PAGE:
Within the history of photography, the post-apocalyptic is somewhat contained to the immediate after-effect of the disaster. From the Paris Commune in 1871 (which was another in a series of tribal gatherings by way of communards), with the rubble strewn barricades and the Hotel de Ville in ruins, to the after-effect of Hiroshima, it is important to note that there is more of an intent to understand the destruction of the event itself and not the consequences of its passing. This is largely because there always points to the potential of re-building within the existing familiar of society.

In Richard Peter SR’s. “Dresden: Eine Kamera Klagt an” the journey through the post-apocalyptic becomes a hybrid which seeks out the specters of the dead…the firebombed corpses of Nazi soldiers, and also the city laid to waste. In a way, Peter’s book is from the position of survivor. He documents the immediate after, but wanders the streets alone, but there are signs of re-building and life continues without end, per se.

The work that potentially shares the closest methodology to Geert’s work is that of Kikuji Kawada’s “The Last Cosmology”. Kawada spent time observing the brooding and crumbling black and white patterns of decay in post-war Japan, looking up occasionally to photograph the moon or an eclipse. He incorporates the same sense of poetic stillness that is found in Geert’s images of architecture. A fragrant blanket of velvety darkness augments the smell of rich wet soil…In Kawada’s work, the soliloquy of eschatological matters meld with a soft poeticism that hints at the aftermath, but rather,  focuses on the what it means to be alone as a metaphorical species of one.

Within literature, J.G.Ballard’s “The Drowned World” and Nevil Shute’s “On The Beach” are eminent displays of the minutiae of difficulty that is revealed in a world in which the global network of life is rent asunder. The speculation of societal displacement, overwhelming waves of human death, and the slow decay of life exhibit imagination outside of the origins of previous Judeo Christian apocalyptic writings, notably by John of Patmos (himself, also a troglodyte scribe).

All exhibit the trait of man/woman/group that become a “seer”/survivor against nature and many of the details of the literature and cinema envisage a stillness of life. The stillness or dis-quiet in these allegories can also be transferred to the still image, again notably, the photographic. The stillness employed exemplifies a brooding system of the image, and in doing so becomes even more “credible” through the use of this quiet unmoving and that of the uncertain.

 

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Dead Bird, 2008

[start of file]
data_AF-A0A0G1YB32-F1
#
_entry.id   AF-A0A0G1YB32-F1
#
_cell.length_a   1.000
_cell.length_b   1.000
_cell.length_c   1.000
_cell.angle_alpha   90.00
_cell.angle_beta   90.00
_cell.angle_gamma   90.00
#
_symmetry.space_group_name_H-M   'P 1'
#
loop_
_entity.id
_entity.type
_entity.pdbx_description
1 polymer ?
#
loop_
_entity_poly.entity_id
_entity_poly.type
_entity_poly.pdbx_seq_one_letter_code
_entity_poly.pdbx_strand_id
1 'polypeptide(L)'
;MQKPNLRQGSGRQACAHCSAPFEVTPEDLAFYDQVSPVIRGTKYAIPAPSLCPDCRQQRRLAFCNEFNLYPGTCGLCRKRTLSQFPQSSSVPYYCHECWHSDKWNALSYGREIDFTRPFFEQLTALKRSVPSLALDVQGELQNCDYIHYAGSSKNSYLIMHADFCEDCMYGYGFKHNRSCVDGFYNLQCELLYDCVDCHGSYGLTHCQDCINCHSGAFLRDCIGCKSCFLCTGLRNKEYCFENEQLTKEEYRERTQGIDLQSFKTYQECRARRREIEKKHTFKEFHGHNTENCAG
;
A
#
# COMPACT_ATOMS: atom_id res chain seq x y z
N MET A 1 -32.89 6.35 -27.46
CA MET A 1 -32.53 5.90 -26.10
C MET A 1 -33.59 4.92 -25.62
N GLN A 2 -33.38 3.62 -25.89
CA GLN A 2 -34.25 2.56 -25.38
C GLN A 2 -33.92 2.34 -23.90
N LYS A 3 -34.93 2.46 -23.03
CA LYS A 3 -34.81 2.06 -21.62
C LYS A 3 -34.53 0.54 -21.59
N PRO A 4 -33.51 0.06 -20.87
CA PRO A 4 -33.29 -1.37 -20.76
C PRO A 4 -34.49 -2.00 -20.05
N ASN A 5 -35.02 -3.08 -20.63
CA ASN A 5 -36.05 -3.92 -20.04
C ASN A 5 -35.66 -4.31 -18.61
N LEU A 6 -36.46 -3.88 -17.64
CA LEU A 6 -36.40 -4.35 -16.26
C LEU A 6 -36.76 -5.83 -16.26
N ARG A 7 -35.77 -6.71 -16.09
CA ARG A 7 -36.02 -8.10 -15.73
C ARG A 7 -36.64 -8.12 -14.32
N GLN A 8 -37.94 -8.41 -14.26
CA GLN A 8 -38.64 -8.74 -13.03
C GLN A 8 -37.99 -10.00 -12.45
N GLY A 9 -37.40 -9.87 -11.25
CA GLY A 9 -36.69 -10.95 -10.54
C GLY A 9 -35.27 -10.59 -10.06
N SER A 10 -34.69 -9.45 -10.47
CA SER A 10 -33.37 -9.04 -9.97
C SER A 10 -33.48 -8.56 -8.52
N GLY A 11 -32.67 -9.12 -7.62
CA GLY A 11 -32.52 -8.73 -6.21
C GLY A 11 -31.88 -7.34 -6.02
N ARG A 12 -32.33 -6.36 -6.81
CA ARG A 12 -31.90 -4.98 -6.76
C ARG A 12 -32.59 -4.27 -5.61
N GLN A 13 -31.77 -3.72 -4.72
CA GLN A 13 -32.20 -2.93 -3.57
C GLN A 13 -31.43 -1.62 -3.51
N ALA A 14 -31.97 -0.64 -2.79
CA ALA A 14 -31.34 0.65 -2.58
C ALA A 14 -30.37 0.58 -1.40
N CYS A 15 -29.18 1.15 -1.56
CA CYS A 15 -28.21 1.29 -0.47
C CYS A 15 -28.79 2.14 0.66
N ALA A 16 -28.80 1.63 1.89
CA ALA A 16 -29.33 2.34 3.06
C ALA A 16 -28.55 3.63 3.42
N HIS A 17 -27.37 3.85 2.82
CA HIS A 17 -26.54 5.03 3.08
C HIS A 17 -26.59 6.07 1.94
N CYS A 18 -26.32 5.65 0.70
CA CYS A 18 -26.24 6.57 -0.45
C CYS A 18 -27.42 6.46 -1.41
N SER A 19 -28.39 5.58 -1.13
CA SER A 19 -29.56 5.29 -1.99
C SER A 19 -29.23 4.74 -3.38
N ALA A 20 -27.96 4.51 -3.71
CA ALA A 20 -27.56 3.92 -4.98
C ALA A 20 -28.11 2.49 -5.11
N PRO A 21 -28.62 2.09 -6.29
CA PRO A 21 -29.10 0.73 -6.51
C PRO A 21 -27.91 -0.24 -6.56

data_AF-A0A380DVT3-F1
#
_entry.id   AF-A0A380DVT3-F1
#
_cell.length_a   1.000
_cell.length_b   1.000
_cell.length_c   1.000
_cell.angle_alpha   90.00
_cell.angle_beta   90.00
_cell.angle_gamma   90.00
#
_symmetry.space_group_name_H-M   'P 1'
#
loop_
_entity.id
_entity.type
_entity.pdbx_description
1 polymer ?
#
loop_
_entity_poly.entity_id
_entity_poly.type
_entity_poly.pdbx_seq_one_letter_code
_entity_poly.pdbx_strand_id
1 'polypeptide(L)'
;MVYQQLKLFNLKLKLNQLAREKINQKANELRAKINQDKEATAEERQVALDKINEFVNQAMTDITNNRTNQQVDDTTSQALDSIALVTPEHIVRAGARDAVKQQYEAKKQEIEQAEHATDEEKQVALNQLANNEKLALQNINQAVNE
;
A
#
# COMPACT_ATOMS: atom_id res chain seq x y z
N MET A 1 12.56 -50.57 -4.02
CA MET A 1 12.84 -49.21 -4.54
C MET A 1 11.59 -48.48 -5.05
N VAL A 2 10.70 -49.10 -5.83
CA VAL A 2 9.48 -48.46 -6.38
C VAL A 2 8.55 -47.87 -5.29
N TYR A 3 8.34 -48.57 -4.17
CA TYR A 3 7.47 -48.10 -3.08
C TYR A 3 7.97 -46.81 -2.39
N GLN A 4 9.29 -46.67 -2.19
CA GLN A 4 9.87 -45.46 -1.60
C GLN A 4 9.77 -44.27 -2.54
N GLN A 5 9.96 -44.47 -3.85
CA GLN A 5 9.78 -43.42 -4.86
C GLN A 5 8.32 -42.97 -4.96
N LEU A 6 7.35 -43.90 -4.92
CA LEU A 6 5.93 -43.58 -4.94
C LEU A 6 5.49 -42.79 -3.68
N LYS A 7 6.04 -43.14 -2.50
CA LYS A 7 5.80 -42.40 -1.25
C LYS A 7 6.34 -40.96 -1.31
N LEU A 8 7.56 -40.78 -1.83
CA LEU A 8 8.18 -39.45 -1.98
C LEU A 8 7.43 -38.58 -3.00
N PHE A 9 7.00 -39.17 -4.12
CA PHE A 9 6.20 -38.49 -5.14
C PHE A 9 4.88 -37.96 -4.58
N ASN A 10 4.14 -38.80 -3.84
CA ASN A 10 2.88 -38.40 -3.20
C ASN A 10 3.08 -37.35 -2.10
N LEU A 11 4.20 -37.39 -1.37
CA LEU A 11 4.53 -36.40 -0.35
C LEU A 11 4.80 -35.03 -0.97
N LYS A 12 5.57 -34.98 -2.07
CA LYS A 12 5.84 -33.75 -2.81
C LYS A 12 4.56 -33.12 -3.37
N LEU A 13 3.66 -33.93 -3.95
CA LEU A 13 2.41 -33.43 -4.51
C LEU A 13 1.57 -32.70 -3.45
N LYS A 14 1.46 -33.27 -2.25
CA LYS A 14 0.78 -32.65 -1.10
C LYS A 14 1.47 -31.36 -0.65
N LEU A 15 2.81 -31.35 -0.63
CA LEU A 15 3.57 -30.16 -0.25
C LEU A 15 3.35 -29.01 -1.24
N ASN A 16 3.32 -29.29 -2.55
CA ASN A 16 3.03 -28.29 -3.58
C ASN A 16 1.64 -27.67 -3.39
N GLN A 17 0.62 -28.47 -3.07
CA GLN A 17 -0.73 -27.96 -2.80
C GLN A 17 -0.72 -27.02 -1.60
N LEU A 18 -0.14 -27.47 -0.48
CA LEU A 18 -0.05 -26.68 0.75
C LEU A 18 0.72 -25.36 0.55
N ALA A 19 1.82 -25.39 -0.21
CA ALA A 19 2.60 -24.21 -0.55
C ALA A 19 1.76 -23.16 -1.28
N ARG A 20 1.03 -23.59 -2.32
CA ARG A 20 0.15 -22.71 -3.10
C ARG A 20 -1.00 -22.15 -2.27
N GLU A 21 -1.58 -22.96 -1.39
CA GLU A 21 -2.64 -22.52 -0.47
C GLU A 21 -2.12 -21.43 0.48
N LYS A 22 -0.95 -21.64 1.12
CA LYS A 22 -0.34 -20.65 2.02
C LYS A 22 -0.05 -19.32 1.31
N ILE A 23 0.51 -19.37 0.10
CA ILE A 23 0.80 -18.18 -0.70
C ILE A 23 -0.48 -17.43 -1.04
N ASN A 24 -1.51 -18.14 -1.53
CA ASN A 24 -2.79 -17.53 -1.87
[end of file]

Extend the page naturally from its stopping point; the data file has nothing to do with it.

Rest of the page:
…the family pictures he carries while stumbling along a jagged path in crumbling shoes trying to find where he placed the last of the butane to light the last fire as his collected/contaminated rain water runs out of his grubby Evian bottle.

 

Within Goiris’ works, which exist largely in metaphor and without many consequences of people, we begin to ascribe a “queer stillness” to the landscape through the atmospheric elements that the artist employs. There is a screaming static, a resonating and brusque humming within the frame that caters to seeing these landscapes or occasional traces of man as foreign or unmoving…still. It is with new eyes that we must adjust our perspective from the dim light of the cave.

 

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Mammatus, 2010

The soliloquy of eschatological matters meld with a soft poeticism that hints at the aftermath, but rather, focuses on what it means to be alone as a metaphorical species of one.

 

To explore that of the hauntological

The afterglow of frenetic industry and populations toiling rhythmically along in past-tense have become obtuse scales of measurement for the now barren and poetically quiet, as somber dark water logged skies form and further inform a awkward sensibility of place.

The sky suggests a forthcoming rain of ash and the presence of perhaps an alienable otherness. Everything points towards an un-nameable sequestering of life. It is a piecemeal interrogation system of image acquisition where the tattered and frayed edges of our knowledge system hint at the specter of a vivacious pretense, but this presence is largely unseen. The works become a foray into that of the hauntological. That is to say, there is an inherent echo of a former life and function of subjects within the works that the artist has chosen to deploy, which become whispers of ghosts in the current “now”.